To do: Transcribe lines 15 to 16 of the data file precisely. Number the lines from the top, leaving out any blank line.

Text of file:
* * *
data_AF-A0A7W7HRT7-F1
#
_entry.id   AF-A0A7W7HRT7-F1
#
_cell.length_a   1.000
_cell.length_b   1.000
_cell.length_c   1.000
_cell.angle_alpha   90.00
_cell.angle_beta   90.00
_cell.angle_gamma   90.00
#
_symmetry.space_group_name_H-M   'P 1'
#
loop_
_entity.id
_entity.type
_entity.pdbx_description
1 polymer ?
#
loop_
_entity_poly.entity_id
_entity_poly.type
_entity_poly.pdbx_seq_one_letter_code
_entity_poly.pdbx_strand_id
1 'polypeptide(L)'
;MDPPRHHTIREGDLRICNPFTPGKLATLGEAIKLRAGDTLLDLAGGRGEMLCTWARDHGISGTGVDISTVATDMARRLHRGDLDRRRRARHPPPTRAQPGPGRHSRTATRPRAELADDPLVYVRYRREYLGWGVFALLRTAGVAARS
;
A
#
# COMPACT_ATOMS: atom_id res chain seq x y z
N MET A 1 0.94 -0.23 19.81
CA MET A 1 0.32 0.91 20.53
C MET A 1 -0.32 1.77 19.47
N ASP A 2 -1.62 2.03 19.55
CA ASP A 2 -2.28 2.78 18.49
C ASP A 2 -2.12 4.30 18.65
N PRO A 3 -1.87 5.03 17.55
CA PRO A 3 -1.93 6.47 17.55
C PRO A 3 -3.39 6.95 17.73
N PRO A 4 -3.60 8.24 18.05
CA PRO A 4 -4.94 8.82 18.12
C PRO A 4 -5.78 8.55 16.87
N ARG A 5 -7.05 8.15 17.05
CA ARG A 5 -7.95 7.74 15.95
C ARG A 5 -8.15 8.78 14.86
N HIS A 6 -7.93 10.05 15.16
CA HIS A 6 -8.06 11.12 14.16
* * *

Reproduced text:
_entity.id
_entity.type